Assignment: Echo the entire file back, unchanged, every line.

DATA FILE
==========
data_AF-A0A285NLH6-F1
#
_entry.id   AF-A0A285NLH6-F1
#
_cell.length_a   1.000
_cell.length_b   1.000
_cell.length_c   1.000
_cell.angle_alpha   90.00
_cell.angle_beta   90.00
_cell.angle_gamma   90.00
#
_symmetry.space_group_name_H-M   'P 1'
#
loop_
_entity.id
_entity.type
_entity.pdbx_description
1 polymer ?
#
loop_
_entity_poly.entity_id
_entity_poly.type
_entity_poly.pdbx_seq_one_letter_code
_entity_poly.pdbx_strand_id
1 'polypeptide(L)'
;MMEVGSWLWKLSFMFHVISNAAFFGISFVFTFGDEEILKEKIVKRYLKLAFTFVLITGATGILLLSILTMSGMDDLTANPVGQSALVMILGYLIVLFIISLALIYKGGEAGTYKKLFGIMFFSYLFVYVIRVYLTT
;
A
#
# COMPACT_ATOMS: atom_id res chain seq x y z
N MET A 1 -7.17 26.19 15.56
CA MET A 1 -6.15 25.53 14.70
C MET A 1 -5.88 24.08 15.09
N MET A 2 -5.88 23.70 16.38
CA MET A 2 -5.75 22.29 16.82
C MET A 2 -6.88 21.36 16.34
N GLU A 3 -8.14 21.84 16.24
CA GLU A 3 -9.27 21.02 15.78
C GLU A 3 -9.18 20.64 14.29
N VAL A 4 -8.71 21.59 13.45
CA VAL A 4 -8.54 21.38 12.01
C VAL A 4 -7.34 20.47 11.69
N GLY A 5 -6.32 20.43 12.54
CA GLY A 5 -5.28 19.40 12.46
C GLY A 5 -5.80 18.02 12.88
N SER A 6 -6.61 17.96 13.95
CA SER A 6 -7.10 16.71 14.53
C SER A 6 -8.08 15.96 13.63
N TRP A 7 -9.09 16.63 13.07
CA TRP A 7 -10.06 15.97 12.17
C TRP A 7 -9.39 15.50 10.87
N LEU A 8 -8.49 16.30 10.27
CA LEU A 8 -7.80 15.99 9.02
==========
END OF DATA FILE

data_AF-A0A285NLH6-F1
#
_entry.id   AF-A0A285NLH6-F1
#
_cell.length_a   1.000
_cell.length_b   1.000
_cell.length_c   1.000
_cell.angle_alpha   90.00
_cell.angle_beta   90.00
_cell.angle_gamma   90.00
#
_symmetry.space_group_name_H-M   'P 1'
#
loop_
_entity.id
_entity.type
_entity.pdbx_description
1 polymer ?
#
loop_
_entity_poly.entity_id
_entity_poly.type
_entity_poly.pdbx_seq_one_letter_code
_entity_poly.pdbx_strand_id
1 'polypeptide(L)'
;MMEVGSWLWKLSFMFHVISNAAFFGISFVFTFGDEEILKEKIVKRYLKLAFTFVLITGATGILLLSILTMSGMDDLTANPVGQSALVMILGYLIVLFIISLALIYKGGEAGTYKKLFGIMFFSYLFVYVIRVYLTT
;
A
#
# COMPACT_ATOMS: atom_id res chain seq x y z
N MET A 1 -7.17 26.19 15.56
CA MET A 1 -6.15 25.53 14.70
C MET A 1 -5.88 24.08 15.09
N MET A 2 -5.88 23.70 16.38
CA MET A 2 -5.75 22.29 16.82
C MET A 2 -6.88 21.36 16.34
N GLU A 3 -8.14 21.84 16.24
CA GLU A 3 -9.27 21.02 15.78
C GLU A 3 -9.18 20.64 14.29
N VAL A 4 -8.71 21.59 13.45
CA VAL A 4 -8.54 21.38 12.01
C VAL A 4 -7.34 20.47 11.69
N GLY A 5 -6.32 20.43 12.54
CA GLY A 5 -5.28 19.40 12.46
C GLY A 5 -5.80 18.02 12.88
N SER A 6 -6.61 17.96 13.95
CA SER A 6 -7.10 16.71 14.53
C SER A 6 -8.08 15.96 13.63
N TRP A 7 -9.09 16.63 13.07
CA TRP A 7 -10.06 15.97 12.17
C TRP A 7 -9.39 15.50 10.87
N LEU A 8 -8.49 16.30 10.27
CA LEU A 8 -7.80 15.99 9.02